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MPI Mining Monitor - October 2013

Mining Monitor October Newsletter: Questioning Mining

Reading about the end of the mining boom reminds me of the doomsayers who predicted a massive decline of the mining industry when the GFC really started to bite in late 2008.  While tighter and more expensive finance did impact on the mining industry, especially at the smaller end, much of the industry continued on and we witnessed a massive expansion in the coal, iron ore and unconventional gas sectors. As then, while there is a slow down in investment, for the most part mining activity will continue. And so must we.

The big challenge here in Australia will come from the Queensland, West Australian, Northern Territory and the Federal Governments all seeking to cut 'green and red' tape. While reform is good, we need better assessment, monitoring and regulation of the industry, not less. Internationally the resistance to mining builds, with two inspiring stories below.

As always, we need to build the network of people who care about the impacts of mining, please forward to a friend and support our work here in Australia and overseas by becoming a monthly donor. Or volunteer, we currently need some assistance with research, mapping and graphic design [report].

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In this Newsletter - MPI News

Hidden Valley Premiere

In early September, The Environmental Film Festival Melbourne premiered the Mineral Policy Institute's film Hidden Valley on opening night of the festival. Hidden Valley is a 22 minute documentary focusing on the Hidden Valley gold and silver mine in the Morobe Province, Papua New Guinea. This film portrays community members of the Watut River, as well as advocates, talking about how indigenous models of development are clashing with those imposed by mining companies and government when they are not listening to local landowners. Bob Brown (former Greens Leader) was there to launch the film, which was shown alongside another Australian documentary Mining the Truth, by the Australian Student Environment Network. Read what Bob Brown had to say about Hidden Valley and the Mineral Policy Institute.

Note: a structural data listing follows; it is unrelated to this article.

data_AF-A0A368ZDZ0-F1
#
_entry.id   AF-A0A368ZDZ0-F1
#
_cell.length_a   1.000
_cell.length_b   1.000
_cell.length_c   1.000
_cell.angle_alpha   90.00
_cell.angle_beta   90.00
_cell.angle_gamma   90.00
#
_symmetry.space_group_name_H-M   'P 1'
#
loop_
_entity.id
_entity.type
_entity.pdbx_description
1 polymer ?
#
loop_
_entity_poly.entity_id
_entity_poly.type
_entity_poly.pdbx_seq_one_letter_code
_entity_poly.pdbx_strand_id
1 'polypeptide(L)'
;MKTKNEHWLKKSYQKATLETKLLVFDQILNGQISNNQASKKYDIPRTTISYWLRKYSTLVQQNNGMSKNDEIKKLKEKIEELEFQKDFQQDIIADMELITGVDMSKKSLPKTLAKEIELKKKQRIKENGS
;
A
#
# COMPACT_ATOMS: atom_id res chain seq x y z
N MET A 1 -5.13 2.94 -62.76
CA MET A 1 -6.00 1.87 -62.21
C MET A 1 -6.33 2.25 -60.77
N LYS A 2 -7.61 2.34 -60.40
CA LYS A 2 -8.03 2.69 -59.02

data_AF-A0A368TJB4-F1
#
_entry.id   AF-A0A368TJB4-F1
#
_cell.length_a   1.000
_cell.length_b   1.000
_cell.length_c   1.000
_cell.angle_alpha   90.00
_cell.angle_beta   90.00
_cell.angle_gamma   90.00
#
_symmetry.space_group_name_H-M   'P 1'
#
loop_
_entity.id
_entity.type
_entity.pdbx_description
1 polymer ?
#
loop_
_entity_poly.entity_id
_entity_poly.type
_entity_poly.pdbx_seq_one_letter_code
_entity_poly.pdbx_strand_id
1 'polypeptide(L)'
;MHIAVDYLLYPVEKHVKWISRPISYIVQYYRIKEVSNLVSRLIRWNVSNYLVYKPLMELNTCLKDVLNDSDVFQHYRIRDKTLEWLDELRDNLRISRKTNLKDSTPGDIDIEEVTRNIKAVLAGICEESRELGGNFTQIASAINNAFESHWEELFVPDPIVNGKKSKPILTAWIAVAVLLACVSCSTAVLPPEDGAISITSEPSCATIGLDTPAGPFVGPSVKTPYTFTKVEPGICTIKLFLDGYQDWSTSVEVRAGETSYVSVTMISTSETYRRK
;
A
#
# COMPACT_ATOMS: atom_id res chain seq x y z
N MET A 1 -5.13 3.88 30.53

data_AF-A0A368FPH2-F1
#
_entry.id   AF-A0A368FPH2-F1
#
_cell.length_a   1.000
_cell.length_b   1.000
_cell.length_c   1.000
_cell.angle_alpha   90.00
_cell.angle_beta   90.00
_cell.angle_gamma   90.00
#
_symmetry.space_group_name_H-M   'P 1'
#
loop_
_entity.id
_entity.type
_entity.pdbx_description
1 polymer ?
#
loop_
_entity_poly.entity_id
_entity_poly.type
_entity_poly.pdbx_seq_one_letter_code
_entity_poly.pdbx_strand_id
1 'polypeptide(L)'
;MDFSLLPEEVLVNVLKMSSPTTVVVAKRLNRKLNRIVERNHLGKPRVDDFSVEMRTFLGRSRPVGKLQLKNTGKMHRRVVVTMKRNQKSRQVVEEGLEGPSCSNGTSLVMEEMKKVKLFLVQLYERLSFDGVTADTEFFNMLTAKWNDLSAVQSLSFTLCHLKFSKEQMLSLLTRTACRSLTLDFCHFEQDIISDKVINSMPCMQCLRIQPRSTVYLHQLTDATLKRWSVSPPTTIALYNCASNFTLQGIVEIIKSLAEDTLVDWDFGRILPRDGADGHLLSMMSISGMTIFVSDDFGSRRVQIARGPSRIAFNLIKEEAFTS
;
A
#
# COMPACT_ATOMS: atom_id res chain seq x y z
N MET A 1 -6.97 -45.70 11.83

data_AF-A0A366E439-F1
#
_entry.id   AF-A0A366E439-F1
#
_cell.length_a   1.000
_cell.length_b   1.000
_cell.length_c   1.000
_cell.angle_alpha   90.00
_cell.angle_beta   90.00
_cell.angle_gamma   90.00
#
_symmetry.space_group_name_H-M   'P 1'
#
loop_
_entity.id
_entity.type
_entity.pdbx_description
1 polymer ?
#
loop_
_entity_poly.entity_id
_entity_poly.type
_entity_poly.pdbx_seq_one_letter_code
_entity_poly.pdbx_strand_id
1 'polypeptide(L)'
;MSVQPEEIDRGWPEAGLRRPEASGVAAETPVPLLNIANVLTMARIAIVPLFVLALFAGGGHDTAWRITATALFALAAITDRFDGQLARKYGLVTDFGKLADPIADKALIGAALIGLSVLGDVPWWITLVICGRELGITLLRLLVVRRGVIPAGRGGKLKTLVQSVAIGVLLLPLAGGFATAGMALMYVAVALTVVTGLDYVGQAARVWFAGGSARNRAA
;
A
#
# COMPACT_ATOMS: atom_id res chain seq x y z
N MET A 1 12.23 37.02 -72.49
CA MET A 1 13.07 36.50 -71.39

Mining Legacies Update

MPI is developing the the Mining Legacies project. We are currently engaging with the various State and Territory mines departments on their policies and funds to remediate legacy sites. It has been an interesting process and revealed that there is growing consensus that the abandoned, orphaned or legacy sites need to be closed properly. Except in some instances. This research will be available on the Mining Legacies website in coming months. To read the rest of the update click here.

Disaster Capitalism & Mining

Profits of Doom, new book by Antony Lowenstein,
Prolific author, blogger and commentator Antony Lowestein has targeted disaster capitalism in his new book, Profits of Doom.  It’s an ambitious book seeking to not only build on Noami Klein’s work from the The Shock Doctrine but to ‘generate a global debate’. A wide ranging text; part philosophy, part travelogue, built on a frank and unrelenting account of disaster capitalism as it applies to the resource sector, war, environmental catastrophes, foreign aid and detention centres.   Read the rest of the review